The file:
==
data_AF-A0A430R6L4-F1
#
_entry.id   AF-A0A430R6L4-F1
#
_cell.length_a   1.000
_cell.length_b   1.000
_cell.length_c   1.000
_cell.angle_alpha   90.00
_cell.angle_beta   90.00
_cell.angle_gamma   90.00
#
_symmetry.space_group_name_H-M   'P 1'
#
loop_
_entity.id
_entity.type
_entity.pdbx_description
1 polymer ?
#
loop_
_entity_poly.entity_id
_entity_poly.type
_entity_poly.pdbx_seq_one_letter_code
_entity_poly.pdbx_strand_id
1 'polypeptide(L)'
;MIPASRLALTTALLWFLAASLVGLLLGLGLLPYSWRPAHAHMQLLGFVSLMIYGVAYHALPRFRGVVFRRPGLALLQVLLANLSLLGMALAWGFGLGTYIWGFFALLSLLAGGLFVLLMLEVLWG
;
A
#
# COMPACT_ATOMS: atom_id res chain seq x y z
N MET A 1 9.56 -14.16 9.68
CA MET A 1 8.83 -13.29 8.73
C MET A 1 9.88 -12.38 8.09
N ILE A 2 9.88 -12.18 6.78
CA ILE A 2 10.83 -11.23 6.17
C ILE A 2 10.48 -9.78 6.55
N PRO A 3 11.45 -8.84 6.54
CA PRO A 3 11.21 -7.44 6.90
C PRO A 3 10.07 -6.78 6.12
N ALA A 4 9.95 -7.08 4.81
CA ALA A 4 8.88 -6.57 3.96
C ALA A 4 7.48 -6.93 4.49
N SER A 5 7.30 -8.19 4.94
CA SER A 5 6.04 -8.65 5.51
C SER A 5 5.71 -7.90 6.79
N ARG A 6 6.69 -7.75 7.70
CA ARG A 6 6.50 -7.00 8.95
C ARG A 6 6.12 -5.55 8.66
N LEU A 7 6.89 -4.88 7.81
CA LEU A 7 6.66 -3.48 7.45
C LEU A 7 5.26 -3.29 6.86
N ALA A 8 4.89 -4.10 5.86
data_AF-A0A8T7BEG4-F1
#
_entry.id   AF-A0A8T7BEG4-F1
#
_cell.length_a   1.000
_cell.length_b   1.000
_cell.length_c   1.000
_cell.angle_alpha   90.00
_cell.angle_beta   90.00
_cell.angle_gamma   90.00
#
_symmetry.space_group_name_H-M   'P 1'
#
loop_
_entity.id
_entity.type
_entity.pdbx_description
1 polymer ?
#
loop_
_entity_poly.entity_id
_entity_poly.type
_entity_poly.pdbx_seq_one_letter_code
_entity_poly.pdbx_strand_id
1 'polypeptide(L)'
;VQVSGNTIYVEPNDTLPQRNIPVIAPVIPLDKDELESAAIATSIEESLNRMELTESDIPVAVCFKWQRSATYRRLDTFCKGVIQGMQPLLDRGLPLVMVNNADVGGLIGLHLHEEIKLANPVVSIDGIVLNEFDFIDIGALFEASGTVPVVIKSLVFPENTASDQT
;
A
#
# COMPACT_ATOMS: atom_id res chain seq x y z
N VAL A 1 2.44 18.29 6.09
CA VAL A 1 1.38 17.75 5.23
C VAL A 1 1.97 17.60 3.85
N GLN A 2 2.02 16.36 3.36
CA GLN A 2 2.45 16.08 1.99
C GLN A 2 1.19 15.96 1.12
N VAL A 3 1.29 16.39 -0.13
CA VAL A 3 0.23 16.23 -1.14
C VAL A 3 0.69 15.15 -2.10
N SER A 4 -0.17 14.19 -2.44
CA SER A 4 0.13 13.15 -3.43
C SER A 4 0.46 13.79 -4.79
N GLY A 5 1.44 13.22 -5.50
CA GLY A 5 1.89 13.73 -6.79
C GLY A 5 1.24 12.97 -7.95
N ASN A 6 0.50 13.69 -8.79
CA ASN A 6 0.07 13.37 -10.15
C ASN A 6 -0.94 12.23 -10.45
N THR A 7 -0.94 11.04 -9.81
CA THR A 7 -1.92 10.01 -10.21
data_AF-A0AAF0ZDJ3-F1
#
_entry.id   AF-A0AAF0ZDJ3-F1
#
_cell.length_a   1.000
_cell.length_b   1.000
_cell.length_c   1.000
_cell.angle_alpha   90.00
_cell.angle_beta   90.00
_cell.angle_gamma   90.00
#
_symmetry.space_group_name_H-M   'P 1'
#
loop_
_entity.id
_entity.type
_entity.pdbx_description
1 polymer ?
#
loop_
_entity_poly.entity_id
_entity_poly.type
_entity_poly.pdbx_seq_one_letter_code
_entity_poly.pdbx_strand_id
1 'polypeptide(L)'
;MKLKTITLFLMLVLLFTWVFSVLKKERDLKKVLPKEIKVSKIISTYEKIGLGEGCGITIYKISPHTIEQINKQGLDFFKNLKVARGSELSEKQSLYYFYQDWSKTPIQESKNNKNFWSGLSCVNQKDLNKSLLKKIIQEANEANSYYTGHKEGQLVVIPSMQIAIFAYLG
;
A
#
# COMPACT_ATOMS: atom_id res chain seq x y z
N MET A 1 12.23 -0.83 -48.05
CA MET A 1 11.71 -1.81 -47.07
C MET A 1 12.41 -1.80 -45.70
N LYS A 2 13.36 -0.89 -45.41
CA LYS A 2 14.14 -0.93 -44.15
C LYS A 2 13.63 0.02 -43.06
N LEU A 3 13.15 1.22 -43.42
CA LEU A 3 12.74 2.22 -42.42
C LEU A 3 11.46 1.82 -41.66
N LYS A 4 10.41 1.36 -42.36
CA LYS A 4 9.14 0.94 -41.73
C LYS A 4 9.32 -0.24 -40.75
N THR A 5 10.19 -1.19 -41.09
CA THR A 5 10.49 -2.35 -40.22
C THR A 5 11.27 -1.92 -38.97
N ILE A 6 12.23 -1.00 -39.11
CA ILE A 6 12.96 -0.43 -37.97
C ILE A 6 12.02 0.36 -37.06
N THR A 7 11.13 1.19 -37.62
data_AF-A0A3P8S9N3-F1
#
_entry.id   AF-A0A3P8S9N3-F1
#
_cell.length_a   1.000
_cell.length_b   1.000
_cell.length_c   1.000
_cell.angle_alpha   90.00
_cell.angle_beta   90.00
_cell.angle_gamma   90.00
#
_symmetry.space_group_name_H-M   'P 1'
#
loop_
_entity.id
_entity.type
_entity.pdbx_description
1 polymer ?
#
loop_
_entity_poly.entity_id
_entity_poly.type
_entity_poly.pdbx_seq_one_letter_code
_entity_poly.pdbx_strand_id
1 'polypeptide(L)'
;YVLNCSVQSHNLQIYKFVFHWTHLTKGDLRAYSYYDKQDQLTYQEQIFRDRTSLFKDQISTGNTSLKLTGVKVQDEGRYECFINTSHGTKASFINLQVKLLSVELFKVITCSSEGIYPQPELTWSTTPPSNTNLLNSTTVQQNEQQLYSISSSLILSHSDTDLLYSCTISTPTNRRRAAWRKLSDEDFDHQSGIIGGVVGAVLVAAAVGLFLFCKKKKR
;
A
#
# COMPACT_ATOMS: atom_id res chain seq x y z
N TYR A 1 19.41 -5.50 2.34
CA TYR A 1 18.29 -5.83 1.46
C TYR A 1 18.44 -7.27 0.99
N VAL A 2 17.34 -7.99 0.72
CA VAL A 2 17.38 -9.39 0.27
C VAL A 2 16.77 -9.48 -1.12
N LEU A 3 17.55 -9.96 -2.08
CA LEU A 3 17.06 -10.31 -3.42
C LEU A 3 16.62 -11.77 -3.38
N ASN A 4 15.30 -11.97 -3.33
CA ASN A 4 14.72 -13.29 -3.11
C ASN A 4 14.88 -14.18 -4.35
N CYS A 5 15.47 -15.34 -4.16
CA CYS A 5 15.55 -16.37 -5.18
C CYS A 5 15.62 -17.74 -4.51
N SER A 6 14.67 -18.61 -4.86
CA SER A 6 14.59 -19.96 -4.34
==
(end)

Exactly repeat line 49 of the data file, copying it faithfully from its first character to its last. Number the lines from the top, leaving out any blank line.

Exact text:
N LEU A 7 6.89 -4.88 7.81